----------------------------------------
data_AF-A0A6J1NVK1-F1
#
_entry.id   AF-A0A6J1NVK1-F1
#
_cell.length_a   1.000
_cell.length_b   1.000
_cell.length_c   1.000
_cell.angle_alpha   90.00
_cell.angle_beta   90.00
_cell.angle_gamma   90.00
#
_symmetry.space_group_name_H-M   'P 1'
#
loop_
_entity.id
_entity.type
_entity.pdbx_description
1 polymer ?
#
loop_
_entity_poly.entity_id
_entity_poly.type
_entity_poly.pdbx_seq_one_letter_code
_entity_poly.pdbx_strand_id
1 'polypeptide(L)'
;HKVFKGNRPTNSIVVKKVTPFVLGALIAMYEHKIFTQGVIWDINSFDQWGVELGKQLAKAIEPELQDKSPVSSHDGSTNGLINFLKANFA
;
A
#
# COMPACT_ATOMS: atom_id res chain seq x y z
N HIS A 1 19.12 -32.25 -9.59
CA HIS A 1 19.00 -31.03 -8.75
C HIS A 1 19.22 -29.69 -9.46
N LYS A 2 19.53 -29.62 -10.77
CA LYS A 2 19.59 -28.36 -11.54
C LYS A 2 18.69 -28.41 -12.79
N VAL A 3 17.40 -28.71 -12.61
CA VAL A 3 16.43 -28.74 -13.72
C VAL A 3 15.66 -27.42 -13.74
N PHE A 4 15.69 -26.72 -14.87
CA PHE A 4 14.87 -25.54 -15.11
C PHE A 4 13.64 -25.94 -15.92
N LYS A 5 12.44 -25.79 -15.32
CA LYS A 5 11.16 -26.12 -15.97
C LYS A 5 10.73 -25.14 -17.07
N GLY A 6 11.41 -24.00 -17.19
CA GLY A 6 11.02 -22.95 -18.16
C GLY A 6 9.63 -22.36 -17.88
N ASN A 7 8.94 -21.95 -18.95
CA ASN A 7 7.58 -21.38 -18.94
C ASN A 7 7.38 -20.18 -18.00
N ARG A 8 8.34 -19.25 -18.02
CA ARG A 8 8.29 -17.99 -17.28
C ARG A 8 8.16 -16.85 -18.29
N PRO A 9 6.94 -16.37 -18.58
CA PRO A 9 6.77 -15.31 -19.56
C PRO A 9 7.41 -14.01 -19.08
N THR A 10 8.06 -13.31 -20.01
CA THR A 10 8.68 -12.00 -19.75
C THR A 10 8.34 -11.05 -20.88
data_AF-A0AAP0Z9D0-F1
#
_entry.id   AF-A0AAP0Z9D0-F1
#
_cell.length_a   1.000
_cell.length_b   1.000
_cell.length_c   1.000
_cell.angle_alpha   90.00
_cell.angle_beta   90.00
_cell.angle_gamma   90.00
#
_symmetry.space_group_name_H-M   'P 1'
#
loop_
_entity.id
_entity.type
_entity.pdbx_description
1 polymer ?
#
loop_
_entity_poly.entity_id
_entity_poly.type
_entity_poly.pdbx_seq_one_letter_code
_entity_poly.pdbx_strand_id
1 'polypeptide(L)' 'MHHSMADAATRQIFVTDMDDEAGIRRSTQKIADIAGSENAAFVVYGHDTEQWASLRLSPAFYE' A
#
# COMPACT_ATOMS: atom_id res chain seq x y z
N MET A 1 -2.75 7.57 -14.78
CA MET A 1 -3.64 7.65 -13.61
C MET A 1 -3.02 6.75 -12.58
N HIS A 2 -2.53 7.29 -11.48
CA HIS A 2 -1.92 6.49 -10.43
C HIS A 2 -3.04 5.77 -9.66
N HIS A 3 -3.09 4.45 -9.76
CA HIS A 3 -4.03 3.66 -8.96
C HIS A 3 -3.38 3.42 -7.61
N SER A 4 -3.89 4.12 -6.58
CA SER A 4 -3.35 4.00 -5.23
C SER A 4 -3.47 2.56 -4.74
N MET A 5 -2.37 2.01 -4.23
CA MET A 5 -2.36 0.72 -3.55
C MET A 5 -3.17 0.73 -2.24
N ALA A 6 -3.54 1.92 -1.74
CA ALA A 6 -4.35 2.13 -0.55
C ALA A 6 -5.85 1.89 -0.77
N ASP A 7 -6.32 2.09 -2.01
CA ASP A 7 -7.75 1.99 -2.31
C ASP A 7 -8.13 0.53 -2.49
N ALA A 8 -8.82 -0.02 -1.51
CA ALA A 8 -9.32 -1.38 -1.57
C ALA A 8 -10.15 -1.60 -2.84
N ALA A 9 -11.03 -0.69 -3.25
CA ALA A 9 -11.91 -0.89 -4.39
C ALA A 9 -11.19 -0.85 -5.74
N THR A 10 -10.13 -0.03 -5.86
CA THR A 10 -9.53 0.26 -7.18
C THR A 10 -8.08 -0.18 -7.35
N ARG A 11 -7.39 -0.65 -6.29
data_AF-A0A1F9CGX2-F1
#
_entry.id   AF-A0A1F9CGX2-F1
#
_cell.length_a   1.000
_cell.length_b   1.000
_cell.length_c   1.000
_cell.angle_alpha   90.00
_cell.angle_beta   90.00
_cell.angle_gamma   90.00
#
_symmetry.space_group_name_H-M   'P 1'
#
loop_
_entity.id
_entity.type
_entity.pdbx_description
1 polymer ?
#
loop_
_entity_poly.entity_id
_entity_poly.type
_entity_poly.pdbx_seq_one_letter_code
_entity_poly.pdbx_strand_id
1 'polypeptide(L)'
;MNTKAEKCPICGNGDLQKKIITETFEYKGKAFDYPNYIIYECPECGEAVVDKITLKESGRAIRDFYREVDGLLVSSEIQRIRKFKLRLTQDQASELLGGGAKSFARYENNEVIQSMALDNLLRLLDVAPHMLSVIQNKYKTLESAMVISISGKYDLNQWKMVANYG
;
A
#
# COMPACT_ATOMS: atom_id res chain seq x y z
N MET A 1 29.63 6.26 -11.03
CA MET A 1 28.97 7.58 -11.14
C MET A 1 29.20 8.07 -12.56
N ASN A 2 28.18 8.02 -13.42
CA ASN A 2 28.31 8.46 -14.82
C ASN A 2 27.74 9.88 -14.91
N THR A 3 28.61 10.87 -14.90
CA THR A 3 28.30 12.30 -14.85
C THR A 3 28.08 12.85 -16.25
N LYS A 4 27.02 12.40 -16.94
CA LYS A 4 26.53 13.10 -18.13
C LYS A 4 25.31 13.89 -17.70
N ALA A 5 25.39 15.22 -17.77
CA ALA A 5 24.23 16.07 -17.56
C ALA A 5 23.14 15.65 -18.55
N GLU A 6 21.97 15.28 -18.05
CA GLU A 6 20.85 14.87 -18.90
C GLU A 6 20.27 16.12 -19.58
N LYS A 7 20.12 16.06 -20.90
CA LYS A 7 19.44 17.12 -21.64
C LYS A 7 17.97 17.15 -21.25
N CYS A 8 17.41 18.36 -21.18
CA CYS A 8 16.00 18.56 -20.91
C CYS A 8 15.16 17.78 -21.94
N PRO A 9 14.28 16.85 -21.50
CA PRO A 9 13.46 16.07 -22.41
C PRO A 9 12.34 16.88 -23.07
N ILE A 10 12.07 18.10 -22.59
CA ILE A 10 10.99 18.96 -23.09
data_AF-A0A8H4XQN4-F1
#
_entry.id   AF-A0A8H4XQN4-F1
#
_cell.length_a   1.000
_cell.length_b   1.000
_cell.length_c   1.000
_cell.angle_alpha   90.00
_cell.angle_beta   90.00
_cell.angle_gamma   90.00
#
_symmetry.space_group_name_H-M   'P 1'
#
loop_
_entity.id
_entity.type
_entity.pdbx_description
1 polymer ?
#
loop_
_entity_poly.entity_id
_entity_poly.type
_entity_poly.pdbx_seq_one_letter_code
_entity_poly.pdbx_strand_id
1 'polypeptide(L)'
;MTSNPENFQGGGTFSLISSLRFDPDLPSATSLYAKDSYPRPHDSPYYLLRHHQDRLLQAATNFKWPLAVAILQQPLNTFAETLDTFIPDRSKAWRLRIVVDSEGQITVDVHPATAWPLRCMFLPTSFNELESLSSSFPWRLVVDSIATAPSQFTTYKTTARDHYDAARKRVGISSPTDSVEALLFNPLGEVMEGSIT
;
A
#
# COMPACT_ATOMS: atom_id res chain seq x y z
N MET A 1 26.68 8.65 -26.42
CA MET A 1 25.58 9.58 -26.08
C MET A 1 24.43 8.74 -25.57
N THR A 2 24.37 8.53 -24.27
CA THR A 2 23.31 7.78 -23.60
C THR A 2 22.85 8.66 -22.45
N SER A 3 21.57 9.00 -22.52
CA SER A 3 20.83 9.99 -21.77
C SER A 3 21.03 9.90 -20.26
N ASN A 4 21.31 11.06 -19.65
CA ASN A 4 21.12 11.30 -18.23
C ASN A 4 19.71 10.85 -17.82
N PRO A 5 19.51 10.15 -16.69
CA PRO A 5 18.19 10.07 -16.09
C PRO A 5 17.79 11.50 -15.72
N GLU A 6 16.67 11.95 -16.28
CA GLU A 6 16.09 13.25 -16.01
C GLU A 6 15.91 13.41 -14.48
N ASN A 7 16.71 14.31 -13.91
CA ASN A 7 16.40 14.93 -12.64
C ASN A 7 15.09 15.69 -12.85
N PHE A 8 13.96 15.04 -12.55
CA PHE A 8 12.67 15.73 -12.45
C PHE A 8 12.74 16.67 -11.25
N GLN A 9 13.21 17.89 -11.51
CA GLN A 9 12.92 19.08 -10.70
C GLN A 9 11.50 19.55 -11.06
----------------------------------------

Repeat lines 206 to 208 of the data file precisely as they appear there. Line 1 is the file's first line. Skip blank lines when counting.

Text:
#
# COMPACT_ATOMS: atom_id res chain seq x y z
N MET A 1 26.68 8.65 -26.42